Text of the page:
ECB chief Draghi frets over rising tide of trade protectionism in the US
Mario Draghi has become the latest European policy maker to tell the US that it might be heading down the wrong path on trade.
The European Central Bank president used an appearance on Monday to tout the euro area’s four-year recovery and say that the key risks are now from external factors. Then he turned his attention to the rhetoric coming from across the Atlantic.
“The neo-protectionist stances that have been stated in the United States are certainly of concern.”
Draghi was speaking to the European Parliament in Brussels just a day after German Chancellor Angela Merkel bemoaned that reliable relationships forged since the end of World War II “are to some extent over,” signalling a potentially significant shift in the ties between the US and its trading partners under the administration of President Donald Trump. It also comes amid a euro-area upturn that is being bolstered by domestic consumption as much as exports.
“The concerns of Mario Draghi are maybe just an echo of the comments made earlier by Merkel after the Group of Seven summit,” said Vincent Juvyns, global market strategist at JP Morgan Asset Management. “While the global environment is important for Europe, the economic momentum seems to be self-sustaining with local factors driving gross domestic product up at the moment.”
On his nine-day foreign trip, Trump hectored NATO allies for not spending enough on defence, and brought the US to the brink of exiting the global Paris climate accord. He also called Germany’s trade surplus “very bad.”
Merkel, who is campaigning for a fourth term ahead of September elections, has since said that European leaders are “committed trans-Atlanticists” and consider strong relations with the US “of great importance to all of us.”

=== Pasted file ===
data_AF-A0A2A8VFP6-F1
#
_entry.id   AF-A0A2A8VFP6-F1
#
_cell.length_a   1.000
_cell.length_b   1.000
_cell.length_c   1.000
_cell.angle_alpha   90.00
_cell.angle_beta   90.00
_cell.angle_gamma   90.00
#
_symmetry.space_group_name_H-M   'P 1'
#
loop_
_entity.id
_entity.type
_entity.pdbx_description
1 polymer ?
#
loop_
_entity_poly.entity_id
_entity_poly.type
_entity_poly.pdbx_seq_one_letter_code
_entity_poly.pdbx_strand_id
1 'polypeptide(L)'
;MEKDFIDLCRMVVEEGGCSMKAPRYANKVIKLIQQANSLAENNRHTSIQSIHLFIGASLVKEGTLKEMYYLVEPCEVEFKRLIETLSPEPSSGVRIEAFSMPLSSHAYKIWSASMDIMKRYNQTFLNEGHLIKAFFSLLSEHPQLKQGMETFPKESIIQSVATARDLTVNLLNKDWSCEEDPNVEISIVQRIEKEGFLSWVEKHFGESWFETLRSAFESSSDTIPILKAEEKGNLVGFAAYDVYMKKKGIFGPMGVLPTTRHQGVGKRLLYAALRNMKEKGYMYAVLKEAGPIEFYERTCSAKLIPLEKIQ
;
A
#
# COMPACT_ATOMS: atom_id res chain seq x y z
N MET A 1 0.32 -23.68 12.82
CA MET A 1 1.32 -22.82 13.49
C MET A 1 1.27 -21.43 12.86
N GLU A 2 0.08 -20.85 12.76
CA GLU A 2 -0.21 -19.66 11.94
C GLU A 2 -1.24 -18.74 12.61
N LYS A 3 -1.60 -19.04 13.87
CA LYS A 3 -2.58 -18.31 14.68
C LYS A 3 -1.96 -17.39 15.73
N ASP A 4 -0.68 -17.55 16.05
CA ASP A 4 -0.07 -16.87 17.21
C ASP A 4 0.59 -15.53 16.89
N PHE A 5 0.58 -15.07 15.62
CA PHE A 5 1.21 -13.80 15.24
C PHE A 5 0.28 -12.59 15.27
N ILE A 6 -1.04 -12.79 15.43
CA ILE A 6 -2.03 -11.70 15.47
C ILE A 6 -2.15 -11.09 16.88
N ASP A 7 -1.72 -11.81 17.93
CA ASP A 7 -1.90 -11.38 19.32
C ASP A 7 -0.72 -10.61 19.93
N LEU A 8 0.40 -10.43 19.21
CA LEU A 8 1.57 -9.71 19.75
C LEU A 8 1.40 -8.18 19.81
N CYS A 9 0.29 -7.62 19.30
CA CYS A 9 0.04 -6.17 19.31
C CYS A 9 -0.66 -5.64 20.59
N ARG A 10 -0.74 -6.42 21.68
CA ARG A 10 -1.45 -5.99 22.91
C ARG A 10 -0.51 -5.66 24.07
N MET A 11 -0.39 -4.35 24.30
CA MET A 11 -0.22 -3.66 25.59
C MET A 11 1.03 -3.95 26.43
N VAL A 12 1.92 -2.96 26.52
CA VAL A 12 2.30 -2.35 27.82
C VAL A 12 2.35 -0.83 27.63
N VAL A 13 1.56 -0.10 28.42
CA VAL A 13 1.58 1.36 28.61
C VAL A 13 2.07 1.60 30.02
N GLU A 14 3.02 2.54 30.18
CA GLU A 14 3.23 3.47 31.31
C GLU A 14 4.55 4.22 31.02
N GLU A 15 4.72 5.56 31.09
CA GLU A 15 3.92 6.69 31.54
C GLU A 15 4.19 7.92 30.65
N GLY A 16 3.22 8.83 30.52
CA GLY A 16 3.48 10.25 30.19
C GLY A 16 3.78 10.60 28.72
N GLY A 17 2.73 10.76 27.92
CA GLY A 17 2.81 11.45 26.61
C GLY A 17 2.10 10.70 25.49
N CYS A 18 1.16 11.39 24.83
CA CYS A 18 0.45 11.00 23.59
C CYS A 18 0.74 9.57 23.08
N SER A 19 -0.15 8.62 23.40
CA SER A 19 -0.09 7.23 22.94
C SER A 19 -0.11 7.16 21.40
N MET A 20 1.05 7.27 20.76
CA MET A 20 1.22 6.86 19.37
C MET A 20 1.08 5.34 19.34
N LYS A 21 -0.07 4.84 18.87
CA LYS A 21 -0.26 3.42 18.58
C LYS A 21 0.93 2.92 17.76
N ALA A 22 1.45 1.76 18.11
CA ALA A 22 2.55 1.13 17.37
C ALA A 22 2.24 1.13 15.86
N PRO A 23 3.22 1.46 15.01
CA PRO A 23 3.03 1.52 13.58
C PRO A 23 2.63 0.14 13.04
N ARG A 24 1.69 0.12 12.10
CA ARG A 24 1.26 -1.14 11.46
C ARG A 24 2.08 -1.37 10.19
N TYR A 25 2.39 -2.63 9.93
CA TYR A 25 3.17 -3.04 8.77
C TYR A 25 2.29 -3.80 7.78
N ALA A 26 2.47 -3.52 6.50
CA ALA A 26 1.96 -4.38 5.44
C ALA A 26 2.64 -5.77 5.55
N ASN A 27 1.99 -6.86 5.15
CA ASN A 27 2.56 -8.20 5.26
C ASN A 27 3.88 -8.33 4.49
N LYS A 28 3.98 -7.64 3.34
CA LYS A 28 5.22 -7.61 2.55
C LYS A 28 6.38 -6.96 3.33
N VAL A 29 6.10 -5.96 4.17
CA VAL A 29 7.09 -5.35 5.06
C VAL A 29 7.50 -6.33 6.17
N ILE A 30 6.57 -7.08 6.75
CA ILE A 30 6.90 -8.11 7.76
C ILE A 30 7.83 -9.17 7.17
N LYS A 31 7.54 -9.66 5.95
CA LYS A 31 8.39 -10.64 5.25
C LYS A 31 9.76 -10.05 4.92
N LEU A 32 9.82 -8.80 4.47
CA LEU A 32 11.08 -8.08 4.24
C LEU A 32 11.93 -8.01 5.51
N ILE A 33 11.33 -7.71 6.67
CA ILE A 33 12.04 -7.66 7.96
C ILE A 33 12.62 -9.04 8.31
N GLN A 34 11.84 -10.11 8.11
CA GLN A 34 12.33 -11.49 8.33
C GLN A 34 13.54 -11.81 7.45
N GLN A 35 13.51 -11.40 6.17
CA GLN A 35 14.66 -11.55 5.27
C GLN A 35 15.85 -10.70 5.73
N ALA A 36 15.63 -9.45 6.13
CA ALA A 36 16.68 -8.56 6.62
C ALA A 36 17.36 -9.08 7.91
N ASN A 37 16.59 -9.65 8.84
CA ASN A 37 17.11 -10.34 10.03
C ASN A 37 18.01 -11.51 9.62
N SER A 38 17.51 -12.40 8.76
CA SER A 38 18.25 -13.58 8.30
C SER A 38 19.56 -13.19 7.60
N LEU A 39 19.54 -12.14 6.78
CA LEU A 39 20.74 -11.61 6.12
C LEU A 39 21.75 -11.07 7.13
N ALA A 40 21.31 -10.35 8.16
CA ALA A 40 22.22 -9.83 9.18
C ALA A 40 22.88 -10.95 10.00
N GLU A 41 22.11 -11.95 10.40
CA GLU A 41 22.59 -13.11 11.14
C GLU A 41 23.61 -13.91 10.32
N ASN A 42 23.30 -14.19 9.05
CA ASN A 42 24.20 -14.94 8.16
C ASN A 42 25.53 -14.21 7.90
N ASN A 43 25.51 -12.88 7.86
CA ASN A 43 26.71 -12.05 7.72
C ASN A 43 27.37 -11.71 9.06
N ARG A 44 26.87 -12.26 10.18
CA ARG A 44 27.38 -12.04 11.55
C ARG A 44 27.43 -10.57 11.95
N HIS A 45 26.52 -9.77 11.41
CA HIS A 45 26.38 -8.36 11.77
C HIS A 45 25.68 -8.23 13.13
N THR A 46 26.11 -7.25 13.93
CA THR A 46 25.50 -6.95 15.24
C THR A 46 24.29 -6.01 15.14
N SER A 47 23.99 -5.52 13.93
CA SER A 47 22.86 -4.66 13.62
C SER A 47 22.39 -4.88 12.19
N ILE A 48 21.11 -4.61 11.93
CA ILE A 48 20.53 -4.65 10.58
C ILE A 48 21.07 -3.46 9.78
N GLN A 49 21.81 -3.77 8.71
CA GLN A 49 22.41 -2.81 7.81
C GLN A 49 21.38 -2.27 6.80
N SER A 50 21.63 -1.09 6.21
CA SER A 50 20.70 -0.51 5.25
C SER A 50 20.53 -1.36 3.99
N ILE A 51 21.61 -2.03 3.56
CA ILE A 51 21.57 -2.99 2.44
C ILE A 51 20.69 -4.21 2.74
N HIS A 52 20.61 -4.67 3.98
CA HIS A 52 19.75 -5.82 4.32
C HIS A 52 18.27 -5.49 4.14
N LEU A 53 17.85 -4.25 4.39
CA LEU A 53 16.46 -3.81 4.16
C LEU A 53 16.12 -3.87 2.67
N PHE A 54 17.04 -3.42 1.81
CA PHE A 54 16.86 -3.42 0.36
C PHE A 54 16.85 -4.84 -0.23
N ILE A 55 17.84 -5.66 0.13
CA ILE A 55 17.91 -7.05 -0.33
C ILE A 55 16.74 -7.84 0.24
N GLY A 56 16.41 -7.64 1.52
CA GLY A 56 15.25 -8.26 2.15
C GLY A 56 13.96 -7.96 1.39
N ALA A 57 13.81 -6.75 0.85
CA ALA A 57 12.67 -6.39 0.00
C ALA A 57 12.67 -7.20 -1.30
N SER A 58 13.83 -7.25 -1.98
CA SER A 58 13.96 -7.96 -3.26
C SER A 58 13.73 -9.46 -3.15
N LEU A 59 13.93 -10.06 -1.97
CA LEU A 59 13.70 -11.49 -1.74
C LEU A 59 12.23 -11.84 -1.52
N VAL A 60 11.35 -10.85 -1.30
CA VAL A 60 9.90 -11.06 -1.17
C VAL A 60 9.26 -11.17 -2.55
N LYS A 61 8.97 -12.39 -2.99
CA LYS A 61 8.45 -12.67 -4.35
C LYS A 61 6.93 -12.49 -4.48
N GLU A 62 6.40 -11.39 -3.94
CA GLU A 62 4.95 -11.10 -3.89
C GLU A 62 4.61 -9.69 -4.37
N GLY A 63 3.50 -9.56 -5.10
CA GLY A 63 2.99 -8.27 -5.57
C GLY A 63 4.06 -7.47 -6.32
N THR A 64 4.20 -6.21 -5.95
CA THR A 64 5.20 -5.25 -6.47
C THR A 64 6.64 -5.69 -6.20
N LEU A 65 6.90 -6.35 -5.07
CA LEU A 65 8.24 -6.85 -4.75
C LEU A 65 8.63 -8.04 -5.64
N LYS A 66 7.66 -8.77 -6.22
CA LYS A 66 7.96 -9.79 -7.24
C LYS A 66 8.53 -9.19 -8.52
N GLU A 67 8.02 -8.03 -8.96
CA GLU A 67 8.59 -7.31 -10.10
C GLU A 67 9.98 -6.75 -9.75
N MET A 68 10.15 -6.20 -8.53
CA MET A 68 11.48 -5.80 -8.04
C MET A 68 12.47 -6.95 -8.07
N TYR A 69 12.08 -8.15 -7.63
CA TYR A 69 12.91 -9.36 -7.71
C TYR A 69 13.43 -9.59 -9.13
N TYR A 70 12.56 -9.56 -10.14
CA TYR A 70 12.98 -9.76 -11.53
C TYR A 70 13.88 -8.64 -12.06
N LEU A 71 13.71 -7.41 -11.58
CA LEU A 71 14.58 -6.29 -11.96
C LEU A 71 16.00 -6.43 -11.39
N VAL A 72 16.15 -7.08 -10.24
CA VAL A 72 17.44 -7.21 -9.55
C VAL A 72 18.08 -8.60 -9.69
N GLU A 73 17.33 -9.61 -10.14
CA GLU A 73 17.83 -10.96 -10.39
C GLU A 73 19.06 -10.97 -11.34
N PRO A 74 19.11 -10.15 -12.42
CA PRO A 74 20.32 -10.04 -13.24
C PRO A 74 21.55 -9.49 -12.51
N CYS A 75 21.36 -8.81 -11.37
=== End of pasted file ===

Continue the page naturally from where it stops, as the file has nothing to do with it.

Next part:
Still, the Trump administration’s attitude failed to find favour with another ECB speaker on Monday, Austrian central-bank Governor Ewald Nowotny.
“Perceiving the world economy as an endeavour where the expansion of one country results in a loss for the rest is a misperception that can become outright dangerous if it forms the basis of international policy making.”
Governments have stepped up their warnings against a resurgence of protectionism, arguing that policies supposedly supporting domestic economies often do more harm than good. At the same time, they have acknowledged that globalisation -- while having extraordinary benefits -- also created losers who must be better taken into account.
In the wake of Trump’s election, the UK’s vote to leave the European Union, and France’s flirtation with electing a euro-skeptic president, Draghi was at pains to make that point as well.
“What’s happened in last 15-20 years is that free trade and globalisation produced immense benefits but also produced people who didn’t actually share the benefits. We have to do much better in sharing the benefits with everybody who has participated in the process.”
Draghi contrasted the caution about the global environment with the brightening outlook for the euro area. In his Brussels hearing, he described the currency bloc’s economic upswing as “increasingly solid” and broadening.
That kind of talk has fueled speculation over when the central bank will finally start to unwind its 2.3 trillion-euro (US$2.6 trillion) bond-purchase programme. That’s a topic Draghi declined to encourage, hinting that there’s little urgency to do much at the next policy meeting on June 8.
“We remain firmly convinced that an extraordinary amount of monetary policy support, including through our forward guidance, is still necessary for the present level of under-utilized resources to be re-absorbed and for inflation to return to and durably stabilise around levels close to 2 per cent within a meaningful medium-term horizon.”
He may get more ammunition for that view this week. While data on Tuesday is likely to show economic confidence at the strongest in almost a decade, and figures the next day will probably reveal an unemployment rate at the lowest since early 2009, inflation is far less convincing.
Economists predict that data due Wednesday will show the inflation rate fell to 1.5 per cent in May from 1.9 per cent. More worryingly for the central bank, core inflation is slated to slow to 1 per cent.